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A Rolling Recession Will Engulf USA in 2012

Written by Gary North on December 12, 2011

By the election month of November 2012, the USA will be in the clutches of a major recession. It will be a replay of 2008.

Recessions are bad for incumbents. A recession is even worse for an incumbent who was elected to overcome a recession, only for it to reappear four years later. That is my theory. This has happened to only one President: Jimmy Carter.

Why will there be a recession in the USA? Because we live in a world economy. Europe is going to get severely hit next year.

Euro-area governments have to repay more than 1.1 trillion euros of long- and short-term debt in 2012, with about 519 billion euros of Italian, French and German debt maturing in the first half alone, data compiled by Bloomberg show. European banks have about $665 billion of debt coming due in the first six months, according to Citigroup Inc., based on Dealogic data.

Holger Schmieding, chief European economist at Berenberg Bank in London, said the “avalanche” of refinancing needs in the next two months means the crisis could worsen and “the ECB would then finally be forced to step up its anti-crisis response to save the euro and itself.”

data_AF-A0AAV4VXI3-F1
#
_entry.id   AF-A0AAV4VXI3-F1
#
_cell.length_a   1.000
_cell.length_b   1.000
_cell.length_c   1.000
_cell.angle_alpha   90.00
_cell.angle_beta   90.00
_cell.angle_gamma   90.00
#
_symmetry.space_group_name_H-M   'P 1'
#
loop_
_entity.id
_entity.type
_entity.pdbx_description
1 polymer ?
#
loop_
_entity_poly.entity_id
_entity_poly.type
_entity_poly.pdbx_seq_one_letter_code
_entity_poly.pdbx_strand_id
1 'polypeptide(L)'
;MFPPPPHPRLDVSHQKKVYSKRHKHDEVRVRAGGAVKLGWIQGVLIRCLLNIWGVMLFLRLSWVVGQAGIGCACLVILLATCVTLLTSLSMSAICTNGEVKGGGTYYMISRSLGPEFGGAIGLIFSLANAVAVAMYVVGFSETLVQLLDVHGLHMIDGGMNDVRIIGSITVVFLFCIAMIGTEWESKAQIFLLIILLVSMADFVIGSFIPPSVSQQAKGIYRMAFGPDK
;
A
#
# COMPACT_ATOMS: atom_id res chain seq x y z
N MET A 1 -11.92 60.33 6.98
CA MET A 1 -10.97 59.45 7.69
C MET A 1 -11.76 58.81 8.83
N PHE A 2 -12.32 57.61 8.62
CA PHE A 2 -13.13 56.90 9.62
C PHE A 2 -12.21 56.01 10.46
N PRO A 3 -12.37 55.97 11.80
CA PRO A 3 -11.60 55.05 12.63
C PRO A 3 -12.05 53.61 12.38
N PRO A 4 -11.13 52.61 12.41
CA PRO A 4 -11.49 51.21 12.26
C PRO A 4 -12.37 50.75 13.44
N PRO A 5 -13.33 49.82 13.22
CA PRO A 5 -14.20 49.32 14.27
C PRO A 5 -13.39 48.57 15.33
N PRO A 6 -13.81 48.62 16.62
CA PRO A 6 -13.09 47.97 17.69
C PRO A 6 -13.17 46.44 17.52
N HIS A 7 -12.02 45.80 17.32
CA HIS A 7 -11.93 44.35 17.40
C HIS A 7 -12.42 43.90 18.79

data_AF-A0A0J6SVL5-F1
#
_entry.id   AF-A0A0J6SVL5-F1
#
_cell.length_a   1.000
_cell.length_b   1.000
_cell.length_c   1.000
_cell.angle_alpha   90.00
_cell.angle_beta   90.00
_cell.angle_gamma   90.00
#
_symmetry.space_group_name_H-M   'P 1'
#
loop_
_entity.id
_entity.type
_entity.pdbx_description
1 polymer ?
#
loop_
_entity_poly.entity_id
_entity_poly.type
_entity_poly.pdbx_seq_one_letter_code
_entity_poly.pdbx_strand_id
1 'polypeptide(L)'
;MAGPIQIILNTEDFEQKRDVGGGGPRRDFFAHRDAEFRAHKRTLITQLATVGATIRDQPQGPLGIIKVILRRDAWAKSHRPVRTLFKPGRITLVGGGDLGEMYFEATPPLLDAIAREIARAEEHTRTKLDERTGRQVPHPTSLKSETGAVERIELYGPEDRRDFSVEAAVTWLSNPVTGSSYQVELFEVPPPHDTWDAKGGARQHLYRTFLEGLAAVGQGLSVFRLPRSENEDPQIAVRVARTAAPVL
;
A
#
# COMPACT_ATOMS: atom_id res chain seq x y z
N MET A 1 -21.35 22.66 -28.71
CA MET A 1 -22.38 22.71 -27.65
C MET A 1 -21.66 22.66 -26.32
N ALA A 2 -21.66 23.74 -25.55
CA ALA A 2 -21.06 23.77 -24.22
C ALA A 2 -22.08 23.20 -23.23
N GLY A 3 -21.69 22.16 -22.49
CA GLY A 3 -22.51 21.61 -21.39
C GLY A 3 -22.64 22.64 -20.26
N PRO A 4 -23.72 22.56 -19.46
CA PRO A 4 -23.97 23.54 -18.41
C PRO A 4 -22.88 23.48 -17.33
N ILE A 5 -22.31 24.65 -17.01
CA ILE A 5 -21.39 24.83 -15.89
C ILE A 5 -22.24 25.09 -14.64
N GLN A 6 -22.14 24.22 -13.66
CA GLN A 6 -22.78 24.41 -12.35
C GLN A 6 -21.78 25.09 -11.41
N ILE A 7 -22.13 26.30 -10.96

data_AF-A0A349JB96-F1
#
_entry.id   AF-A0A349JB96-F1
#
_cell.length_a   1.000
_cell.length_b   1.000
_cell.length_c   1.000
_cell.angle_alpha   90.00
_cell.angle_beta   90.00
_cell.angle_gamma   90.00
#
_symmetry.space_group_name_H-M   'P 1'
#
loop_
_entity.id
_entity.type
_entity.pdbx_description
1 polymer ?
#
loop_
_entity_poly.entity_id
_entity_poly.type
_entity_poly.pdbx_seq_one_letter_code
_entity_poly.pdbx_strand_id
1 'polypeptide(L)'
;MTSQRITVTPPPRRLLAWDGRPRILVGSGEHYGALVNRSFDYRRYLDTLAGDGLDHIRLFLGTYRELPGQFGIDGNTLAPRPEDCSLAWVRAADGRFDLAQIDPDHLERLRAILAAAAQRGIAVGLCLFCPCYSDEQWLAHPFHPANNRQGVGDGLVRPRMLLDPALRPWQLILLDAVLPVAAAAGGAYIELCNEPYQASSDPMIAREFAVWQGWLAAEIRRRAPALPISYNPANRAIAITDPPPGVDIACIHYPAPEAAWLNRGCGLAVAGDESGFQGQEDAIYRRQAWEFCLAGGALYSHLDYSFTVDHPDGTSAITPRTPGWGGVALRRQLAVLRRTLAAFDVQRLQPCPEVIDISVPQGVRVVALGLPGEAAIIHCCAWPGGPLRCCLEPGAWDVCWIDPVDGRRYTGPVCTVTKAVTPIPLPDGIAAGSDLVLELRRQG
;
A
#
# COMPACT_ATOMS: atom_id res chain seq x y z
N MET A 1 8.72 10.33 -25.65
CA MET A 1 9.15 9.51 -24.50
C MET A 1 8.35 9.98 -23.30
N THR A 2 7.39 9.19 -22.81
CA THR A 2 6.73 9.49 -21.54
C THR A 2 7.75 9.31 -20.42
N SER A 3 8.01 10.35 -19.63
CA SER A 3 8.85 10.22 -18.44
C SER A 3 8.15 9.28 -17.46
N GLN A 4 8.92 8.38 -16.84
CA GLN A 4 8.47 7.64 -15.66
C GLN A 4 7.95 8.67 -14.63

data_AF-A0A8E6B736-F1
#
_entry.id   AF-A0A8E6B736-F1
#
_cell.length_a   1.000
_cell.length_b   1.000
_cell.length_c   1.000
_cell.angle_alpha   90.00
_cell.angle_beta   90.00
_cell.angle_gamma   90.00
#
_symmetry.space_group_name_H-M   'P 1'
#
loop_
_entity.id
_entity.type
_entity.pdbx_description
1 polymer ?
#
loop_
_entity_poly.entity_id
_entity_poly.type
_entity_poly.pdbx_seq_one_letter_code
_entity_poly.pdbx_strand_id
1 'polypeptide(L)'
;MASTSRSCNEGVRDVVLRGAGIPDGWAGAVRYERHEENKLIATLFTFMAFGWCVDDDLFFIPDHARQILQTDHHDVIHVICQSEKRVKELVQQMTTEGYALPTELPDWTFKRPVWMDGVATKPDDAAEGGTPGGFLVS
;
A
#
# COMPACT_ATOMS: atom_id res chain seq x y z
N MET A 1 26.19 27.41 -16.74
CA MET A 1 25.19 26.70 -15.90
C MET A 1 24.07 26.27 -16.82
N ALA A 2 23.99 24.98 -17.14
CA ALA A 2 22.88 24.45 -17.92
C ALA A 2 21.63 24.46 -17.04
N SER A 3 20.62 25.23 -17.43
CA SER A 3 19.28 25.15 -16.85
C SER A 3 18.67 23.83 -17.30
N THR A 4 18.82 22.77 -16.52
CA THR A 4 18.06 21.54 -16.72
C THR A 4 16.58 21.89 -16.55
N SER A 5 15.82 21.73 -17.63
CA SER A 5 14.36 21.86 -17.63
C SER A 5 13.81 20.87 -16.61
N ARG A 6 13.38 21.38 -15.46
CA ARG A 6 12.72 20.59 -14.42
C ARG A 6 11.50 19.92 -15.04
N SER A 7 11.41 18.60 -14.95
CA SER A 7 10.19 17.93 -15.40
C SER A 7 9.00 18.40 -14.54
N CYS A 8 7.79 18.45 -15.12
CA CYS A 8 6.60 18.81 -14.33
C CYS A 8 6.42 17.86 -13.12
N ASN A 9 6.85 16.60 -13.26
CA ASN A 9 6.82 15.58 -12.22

Given his view that the ECB is unlikely to drive yields much lower or cap them, Citigroup economist Juergen Michels said he expects a “deep euro-area recession and strained financial markets” in 2012 with the region’s economy contracting every quarter.

America exports to Europe. These sales will decrease.

Then there is credit demand. Because Europe’s governments need to finance $1.4 trillion worth of debt, that money has to come from the capital markets. Money that is lend to PIIGS will not be lent to other borrowers.

In the midst of a recession, when government deficits always rise, who will loan to PIIGS and their creditor nations, such as France? At how high a rate of interest? The higher the rate, the more negative the effects on the economy. This will make the recession worse.

Some Americans still suffer from the illusion that there is a firewall between Europe and the USA: the Atlantic, Digits ignore borders. Money is mostly digital.


Continue Reading on www.bloomberg.com

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